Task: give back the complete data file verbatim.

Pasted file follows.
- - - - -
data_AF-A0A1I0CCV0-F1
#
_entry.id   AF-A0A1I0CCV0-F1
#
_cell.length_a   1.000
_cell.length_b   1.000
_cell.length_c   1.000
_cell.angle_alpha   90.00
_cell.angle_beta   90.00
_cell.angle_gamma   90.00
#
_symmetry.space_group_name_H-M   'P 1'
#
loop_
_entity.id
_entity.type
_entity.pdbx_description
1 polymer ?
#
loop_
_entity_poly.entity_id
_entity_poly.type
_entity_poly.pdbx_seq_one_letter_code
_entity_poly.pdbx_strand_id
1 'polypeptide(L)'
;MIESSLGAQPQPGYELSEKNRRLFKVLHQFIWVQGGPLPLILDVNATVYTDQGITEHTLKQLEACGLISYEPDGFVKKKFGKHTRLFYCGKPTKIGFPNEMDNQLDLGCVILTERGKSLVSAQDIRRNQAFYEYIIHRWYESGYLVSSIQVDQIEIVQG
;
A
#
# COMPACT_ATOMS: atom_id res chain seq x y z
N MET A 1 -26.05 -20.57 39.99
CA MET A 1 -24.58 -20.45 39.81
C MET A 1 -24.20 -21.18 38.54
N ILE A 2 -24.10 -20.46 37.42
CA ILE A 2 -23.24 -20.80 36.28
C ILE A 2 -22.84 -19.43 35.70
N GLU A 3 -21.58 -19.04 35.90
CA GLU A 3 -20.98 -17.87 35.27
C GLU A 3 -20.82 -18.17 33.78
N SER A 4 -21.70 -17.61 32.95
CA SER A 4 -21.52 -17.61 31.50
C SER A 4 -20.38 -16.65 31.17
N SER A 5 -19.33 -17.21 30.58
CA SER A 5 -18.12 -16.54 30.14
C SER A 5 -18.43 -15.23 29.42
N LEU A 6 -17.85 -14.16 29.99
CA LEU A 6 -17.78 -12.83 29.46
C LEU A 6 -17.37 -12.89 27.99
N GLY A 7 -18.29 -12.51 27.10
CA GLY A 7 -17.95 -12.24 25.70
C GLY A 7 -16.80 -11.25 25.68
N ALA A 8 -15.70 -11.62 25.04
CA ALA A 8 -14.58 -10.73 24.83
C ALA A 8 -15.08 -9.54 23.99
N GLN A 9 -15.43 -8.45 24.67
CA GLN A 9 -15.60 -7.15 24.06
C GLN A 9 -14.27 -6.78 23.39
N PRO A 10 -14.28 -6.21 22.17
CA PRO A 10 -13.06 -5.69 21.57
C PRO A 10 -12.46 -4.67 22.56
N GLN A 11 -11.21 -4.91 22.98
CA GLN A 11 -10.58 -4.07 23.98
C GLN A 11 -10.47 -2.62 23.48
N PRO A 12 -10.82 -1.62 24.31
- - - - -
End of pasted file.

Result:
data_AF-A0A1I0CCV0-F1
#
_entry.id   AF-A0A1I0CCV0-F1
#
_cell.length_a   1.000
_cell.length_b   1.000
_cell.length_c   1.000
_cell.angle_alpha   90.00
_cell.angle_beta   90.00
_cell.angle_gamma   90.00
#
_symmetry.space_group_name_H-M   'P 1'
#
loop_
_entity.id
_entity.type
_entity.pdbx_description
1 polymer ?
#
loop_
_entity_poly.entity_id
_entity_poly.type
_entity_poly.pdbx_seq_one_letter_code
_entity_poly.pdbx_strand_id
1 'polypeptide(L)'
;MIESSLGAQPQPGYELSEKNRRLFKVLHQFIWVQGGPLPLILDVNATVYTDQGITEHTLKQLEACGLISYEPDGFVKKKFGKHTRLFYCGKPTKIGFPNEMDNQLDLGCVILTERGKSLVSAQDIRRNQAFYEYIIHRWYESGYLVSSIQVDQIEIVQG
;
A
#
# COMPACT_ATOMS: atom_id res chain seq x y z
N MET A 1 -26.05 -20.57 39.99
CA MET A 1 -24.58 -20.45 39.81
C MET A 1 -24.20 -21.18 38.54
N ILE A 2 -24.10 -20.46 37.42
CA ILE A 2 -23.24 -20.80 36.28
C ILE A 2 -22.84 -19.43 35.70
N GLU A 3 -21.58 -19.04 35.90
CA GLU A 3 -20.98 -17.87 35.27
C GLU A 3 -20.82 -18.17 33.78
N SER A 4 -21.70 -17.61 32.95
CA SER A 4 -21.52 -17.61 31.50
C SER A 4 -20.38 -16.65 31.17
N SER A 5 -19.33 -17.21 30.58
CA SER A 5 -18.12 -16.54 30.14
C SER A 5 -18.43 -15.23 29.42
N LEU A 6 -17.85 -14.16 29.99
CA LEU A 6 -17.78 -12.83 29.46
C LEU A 6 -17.37 -12.89 27.99
N GLY A 7 -18.29 -12.51 27.10
CA GLY A 7 -17.95 -12.24 25.70
C GLY A 7 -16.80 -11.25 25.68
N ALA A 8 -15.70 -11.62 25.04
CA ALA A 8 -14.58 -10.73 24.83
C ALA A 8 -15.08 -9.54 23.99
N GLN A 9 -15.43 -8.45 24.67
CA GLN A 9 -15.60 -7.15 24.06
C GLN A 9 -14.27 -6.78 23.39
N PRO A 10 -14.28 -6.21 22.17
CA PRO A 10 -13.06 -5.69 21.57
C PRO A 10 -12.46 -4.67 22.56
N GLN A 11 -11.21 -4.91 22.98
CA GLN A 11 -10.58 -4.07 23.98
C GLN A 11 -10.47 -2.62 23.48
N PRO A 12 -10.82 -1.62 24.31